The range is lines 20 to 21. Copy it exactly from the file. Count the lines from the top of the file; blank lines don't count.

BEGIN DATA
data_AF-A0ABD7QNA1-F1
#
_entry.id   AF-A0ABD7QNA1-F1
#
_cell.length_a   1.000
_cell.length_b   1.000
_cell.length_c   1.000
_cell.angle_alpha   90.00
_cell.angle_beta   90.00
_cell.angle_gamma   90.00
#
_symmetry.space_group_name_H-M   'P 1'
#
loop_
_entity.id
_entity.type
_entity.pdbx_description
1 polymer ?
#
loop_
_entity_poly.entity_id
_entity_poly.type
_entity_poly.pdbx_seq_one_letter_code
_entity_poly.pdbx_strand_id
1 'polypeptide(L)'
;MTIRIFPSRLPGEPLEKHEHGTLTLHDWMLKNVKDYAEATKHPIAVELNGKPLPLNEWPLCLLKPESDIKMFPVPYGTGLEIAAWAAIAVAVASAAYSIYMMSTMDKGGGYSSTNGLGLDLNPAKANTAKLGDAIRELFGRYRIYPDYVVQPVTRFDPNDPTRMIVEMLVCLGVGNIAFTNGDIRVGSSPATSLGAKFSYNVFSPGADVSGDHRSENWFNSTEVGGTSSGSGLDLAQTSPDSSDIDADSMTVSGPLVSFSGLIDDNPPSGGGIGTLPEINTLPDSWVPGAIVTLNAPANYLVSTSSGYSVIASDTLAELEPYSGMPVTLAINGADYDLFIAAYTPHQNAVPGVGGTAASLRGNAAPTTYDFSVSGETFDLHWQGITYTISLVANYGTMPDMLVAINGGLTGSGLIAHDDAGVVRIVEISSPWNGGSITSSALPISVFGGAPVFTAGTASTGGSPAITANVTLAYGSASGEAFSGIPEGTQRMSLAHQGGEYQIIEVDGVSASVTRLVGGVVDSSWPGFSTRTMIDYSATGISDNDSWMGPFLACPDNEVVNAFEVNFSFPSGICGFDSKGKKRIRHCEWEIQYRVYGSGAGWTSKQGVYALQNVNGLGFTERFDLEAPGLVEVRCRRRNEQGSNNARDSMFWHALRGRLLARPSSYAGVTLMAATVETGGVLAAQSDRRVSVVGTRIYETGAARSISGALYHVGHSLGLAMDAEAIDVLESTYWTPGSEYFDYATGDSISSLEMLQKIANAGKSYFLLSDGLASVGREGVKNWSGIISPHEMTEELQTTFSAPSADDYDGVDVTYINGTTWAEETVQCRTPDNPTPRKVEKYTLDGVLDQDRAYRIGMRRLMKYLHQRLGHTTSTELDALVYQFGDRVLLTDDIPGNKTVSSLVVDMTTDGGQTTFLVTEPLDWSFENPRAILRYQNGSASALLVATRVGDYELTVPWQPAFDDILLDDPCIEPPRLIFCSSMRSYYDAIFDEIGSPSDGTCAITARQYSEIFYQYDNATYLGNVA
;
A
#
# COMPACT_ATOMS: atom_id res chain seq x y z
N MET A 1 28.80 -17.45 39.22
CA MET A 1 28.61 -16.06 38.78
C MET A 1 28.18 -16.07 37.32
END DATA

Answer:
loop_
_entity_poly.entity_id